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Mastering Digital Printing (Miscellaneous) Paperback – December 2, 2002

ISBN-13: 978-1929685653 ISBN-10: 1929685653 Edition: 1st

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Product Details

  • Series: Miscellaneous
  • Paperback: 400 pages
  • Publisher: Course Technology PTR; 001 edition (December 2, 2002)
  • Language: English
  • ISBN-10: 1929685653
  • ISBN-13: 978-1929685653
  • Product Dimensions: 8.8 x 7.6 x 1.1 inches
  • Shipping Weight: 2.2 pounds
  • Average Customer Review: 4.3 out of 5 stars  See all reviews (48 customer reviews)
  • Amazon Best Sellers Rank: #1,393,134 in Books (See Top 100 in Books)

Editorial Reviews

Review

"...It's a printing classic in the world of digital arts.... Truly a great road map towards digital printing." -- InsideGraphics.com

"...a complete reference book of digital printing for photography and fine art." -- Art World News, March 2003

"Photographers, digital and traditional artists, and printmakers can gain a thorough introduction to digital printmaking in "Mastering Digital Printing." -- The Big Picture Magazine, Nov/Dec. 2002

"The new bible for digital printmakers!" -- WorldPrintmakers.com

"There's really nothing like this book. It's comprehensive, but it's readable without getting clammy." -- Imaging Resource Digital Photography Newsletter, Feb. 21, 2003

About the Author

Harald Johnson is the creator and moderator of Yahoo's digital-fineart, the world's largest online discussion group on the subject of digital fine art. He has worked with the Walker Art Institute, Acquavella Gallery, and the Corcoran Gallery of Art and is the founding chairman of the Digital Art Practices and Terminology Task Force. He lives in Charlottesville, Virginia.

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Customer Reviews

Very well written with excellent illustrations.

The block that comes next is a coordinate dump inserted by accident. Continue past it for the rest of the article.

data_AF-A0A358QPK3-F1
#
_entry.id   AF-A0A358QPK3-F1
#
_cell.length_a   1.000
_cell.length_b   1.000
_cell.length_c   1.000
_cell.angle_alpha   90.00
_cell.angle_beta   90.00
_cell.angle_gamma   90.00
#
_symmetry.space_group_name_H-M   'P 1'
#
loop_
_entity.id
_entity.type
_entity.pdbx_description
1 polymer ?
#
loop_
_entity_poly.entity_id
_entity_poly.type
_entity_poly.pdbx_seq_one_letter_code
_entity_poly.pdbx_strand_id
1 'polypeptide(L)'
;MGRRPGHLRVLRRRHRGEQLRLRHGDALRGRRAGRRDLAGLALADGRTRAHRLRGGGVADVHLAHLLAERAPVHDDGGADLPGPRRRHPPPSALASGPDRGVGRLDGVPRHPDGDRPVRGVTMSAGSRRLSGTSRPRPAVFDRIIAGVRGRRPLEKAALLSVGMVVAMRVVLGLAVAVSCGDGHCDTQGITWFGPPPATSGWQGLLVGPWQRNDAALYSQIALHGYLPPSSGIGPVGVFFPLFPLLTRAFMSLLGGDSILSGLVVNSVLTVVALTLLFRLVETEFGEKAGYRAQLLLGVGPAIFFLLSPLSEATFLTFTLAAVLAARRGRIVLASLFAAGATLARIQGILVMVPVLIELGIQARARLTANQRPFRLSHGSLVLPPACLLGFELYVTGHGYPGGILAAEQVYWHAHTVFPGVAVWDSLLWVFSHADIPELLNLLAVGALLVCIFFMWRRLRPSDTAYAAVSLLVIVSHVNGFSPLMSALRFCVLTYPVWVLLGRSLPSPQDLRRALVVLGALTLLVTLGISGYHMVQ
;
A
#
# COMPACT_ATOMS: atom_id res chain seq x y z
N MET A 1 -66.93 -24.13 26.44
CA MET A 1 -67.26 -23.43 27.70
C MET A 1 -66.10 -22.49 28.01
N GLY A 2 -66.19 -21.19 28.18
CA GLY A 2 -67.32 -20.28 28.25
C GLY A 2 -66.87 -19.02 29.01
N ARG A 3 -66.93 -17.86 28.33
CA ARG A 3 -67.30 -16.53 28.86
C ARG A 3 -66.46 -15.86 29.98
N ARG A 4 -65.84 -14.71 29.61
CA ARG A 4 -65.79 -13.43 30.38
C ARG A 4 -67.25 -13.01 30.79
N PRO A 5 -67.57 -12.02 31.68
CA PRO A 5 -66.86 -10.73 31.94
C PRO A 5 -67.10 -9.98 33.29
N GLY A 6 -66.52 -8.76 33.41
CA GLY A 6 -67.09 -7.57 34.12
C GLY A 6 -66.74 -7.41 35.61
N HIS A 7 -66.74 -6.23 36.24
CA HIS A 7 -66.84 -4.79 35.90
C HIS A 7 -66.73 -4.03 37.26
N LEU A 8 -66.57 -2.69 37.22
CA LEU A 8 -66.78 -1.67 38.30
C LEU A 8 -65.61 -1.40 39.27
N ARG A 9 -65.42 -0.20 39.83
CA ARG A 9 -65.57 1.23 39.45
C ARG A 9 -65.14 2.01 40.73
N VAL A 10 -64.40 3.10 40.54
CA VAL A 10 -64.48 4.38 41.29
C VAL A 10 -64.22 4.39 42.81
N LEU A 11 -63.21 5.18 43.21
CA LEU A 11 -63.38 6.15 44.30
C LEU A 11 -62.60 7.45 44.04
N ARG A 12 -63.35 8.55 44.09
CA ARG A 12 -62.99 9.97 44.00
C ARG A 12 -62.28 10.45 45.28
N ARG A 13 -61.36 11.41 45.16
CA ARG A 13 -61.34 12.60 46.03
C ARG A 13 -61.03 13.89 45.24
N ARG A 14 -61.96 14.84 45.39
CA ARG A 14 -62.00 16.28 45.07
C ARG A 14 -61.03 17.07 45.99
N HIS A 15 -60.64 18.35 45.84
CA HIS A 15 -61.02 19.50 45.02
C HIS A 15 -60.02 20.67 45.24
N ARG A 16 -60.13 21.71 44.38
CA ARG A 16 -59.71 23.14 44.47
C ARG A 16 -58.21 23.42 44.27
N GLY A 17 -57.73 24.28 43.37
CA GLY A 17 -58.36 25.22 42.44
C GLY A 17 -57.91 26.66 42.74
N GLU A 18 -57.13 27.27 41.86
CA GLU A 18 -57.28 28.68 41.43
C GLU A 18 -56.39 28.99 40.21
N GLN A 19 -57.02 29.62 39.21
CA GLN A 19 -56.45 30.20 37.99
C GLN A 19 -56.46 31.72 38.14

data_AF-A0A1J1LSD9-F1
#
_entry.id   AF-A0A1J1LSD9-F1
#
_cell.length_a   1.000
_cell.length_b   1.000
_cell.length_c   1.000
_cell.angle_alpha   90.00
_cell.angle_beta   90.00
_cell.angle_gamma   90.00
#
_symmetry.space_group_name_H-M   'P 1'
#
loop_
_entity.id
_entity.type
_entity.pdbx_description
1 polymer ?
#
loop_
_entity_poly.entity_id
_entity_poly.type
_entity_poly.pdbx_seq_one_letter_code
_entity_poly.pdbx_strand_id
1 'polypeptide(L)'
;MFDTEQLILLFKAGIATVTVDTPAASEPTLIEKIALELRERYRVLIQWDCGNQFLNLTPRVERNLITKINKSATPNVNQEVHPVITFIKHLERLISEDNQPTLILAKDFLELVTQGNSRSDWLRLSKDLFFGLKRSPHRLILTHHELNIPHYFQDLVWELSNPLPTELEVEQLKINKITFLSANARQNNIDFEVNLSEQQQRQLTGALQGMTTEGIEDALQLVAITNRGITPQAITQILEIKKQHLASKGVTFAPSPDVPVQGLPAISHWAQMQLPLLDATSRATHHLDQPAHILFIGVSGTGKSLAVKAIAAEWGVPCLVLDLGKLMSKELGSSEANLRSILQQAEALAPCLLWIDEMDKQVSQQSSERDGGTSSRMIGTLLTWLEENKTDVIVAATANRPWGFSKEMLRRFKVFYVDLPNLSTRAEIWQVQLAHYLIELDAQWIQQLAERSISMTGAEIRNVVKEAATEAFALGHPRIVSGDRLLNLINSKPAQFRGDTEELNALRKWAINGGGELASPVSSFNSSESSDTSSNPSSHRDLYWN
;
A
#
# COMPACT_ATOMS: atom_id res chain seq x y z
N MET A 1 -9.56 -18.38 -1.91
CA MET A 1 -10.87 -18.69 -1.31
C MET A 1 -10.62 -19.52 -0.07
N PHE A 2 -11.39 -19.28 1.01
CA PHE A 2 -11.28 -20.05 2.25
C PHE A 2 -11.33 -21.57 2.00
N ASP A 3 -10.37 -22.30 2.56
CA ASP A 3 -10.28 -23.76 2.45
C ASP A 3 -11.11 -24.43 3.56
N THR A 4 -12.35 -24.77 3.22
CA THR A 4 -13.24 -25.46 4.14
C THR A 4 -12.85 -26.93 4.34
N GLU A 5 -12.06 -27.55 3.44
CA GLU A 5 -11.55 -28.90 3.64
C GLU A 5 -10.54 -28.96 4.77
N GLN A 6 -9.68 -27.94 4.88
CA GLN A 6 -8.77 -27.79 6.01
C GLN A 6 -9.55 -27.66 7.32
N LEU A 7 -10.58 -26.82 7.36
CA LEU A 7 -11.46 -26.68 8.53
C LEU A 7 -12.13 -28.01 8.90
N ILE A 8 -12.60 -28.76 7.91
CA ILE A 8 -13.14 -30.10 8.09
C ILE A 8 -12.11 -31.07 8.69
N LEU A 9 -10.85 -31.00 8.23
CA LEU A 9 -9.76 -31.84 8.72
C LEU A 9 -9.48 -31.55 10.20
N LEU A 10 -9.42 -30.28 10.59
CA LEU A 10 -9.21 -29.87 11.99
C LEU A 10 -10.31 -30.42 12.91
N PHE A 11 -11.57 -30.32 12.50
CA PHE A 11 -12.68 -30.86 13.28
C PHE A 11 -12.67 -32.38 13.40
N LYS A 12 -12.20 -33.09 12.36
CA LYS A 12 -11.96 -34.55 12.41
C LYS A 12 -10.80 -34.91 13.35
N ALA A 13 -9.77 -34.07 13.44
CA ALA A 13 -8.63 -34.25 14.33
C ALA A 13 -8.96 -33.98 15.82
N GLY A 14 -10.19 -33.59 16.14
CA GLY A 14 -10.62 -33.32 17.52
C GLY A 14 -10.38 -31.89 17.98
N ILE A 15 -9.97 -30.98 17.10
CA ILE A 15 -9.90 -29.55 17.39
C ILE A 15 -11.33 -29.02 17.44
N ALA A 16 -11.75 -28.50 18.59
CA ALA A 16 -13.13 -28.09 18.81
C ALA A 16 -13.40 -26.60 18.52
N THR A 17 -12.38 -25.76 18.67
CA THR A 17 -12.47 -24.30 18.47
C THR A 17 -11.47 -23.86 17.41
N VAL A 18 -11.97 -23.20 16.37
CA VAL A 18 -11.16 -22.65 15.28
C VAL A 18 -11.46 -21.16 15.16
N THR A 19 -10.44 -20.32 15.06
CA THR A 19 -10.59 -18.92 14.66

Joe Mischka
Harald Johnson explains the complexity of digital printing in a way novices like me can increase their knowledge from an easy-to-read book.
A. Rasmussen
I don't care how much you think you know, you will learn from this book.
Glenn Denshaw

Most Helpful Customer Reviews

139 of 146 people found the following review helpful By S. Friedman on January 2, 2003
Format: Paperback
Anyone who has ventured seriously into creating digital art sooner or later stumbles into the uncharted sea of printing. Once an artist has finally created his or her masterpiece on the computer, they must contend with a vast array of new printing technologies, image management software (sometimes called RIP), and different ink types and substrates to produce their final print. Until now that process has remained a complete mystery to all but a few. But at last Harald Johnson has come forward with his new book Mastering Digital Printing to explain the process from the basics to the complex.
Perhaps what I like most about the book is that is not just a technical manual, but really goes a long way into addressing head on some of the issues that are raging in the art world today regarding digital artwork. Things like what the difference is between a digital reproduction and digital original, and what a Giclee print is. These topics really shed some light onto some controversial and often overlooked issues.
On the technical side he does a very deft job of delicately explaining complex terms such as printer resolution, dpi, and lpi so that even a beginner can start to get an adequate grasp of the subject. This is a book aimed at artists, not propeller heads. And while his coverage of the different printing technologies may be a bit more information than most artists want, it is never the less important when one is considering [purchasing]a print based on those technologies. He also does an outstanding job of explaining scanning and what artists really need to know about sending out work to be scanned, or scanning it themselves.
Finally he addresses two important issues for the professional artist, permanence and substrates.
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128 of 136 people found the following review helpful By miguel@worldprintmakers.com on January 1, 2003
Format: Paperback
A Virtual Milestone
Harald Johnson's new book, Mastering Digital Printing: The Photographer's and Artist's Guide to High-Quality Digital Output (Muska & Lipman, December 2002) seems to me something of a milestone, not only for its prodigious content, but for its very concept. For Johnson has not only written the Bible of digital printing for fine-art printmakers and photographers, but he has also solved the abiding problem of people who write books on technical subjects: currency. Technology changes fast and books on technological subjects go stale just as rapidly. So Johnson has provided his readers/practitioners with the added support of both a website ([...]) and a lively online discussion group ([...]) which he created a couple of years ago and conscientiously moderates.